Always fun are the odd (in more ways than one) delegates who turn up. Slovakia sent a team of one, Mrs Jasemova, to prepare her nation for its song contest debut in 1994. Resplendent in a designer jacket, Mrs Jasemova (and indeed the aforementioned jacket) became one of the enduring stars of the Eurovision circuit for a few years. A round of applause too for the husband and wife team commentating for Korea (presumably South . . .) and the British journalist who had travelled down to Millstreet in a camper van because his publication refused to foot the bill for expenses!

For the singers, taking part seemed to be a mixed experience. Sweden's teenage boyband, Arvingarna, looked perpetually bored and were accompanied everywhere by their parents. Burak Aydos, representing Turkey, had the air of someone who was out of his comfort zone. His song was disliked by the majority and his press conference was a lacklustre affair made worse by the song being handed to the press on cassette tape only. Other singers though were a total joy. The Netherlands' Ruth Jacott topped the delegates poll and shone in the way that only a true professional can. Patrick Fiori, representing France, proved to be fun and personable as did the Irish singer Niamh Kavanagh who had a ball on home turf. Portugal's sixteen year old Anabel was innocence personified but what a voice!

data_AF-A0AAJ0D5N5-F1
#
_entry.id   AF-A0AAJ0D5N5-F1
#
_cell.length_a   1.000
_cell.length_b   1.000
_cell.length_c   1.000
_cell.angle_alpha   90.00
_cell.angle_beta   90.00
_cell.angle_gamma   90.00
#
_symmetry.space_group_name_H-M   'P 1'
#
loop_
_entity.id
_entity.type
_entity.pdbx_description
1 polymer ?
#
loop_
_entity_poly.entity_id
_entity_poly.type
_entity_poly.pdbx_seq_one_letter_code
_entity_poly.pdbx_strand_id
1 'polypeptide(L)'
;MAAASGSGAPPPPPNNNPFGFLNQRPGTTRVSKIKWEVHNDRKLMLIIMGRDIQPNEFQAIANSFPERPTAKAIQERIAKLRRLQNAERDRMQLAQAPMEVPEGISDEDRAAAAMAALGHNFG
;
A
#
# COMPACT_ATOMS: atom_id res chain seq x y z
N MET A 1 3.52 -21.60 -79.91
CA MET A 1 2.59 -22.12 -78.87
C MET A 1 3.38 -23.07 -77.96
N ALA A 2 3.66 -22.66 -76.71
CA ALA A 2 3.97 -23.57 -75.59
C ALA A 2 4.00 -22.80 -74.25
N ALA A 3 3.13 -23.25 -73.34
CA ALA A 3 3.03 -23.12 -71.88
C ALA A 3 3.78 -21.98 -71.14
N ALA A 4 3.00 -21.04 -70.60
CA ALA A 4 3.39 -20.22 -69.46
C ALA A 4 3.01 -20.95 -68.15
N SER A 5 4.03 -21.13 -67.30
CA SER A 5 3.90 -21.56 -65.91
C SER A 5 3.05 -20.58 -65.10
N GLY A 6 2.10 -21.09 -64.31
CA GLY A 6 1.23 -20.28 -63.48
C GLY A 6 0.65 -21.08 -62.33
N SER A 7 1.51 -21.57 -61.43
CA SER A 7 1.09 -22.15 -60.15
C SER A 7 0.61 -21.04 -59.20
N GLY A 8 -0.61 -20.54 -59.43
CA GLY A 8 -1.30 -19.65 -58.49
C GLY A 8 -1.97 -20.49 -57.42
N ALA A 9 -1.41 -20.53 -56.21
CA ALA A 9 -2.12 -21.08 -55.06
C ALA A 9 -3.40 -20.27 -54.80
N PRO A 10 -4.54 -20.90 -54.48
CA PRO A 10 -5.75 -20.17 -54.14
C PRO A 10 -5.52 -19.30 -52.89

As for me, I made a beeline for the fearsome singer from Israel, Saraleh Sharon. Or Sara Lee Shalom as one fellow journo managed to pronounce it, making the poor woman sound like a bar mitzvah celebration cake. Anyway, old Saraleh was a scary piece of work, ordering her fellow singers around the stage like a headmistress with a bad attitude. Divisions grew as the week went on until one of Saraleh's co-singers barked "Does she not realise that I am an artist too?" rather loudly after one otwo sweet sherries. As contest night drew closer, the other singers hatched a plan. Those of us in the know kept quiet but I decided to seek out the harridan-in-charge for a cosy 'getting to know you' chat. Did she have any words of wisdom to impart for the viewers of Europe. Saraleh pulled me closer with a wintry smile and snarled "Sing and the whole world sings with you." I couldn't really argue with that.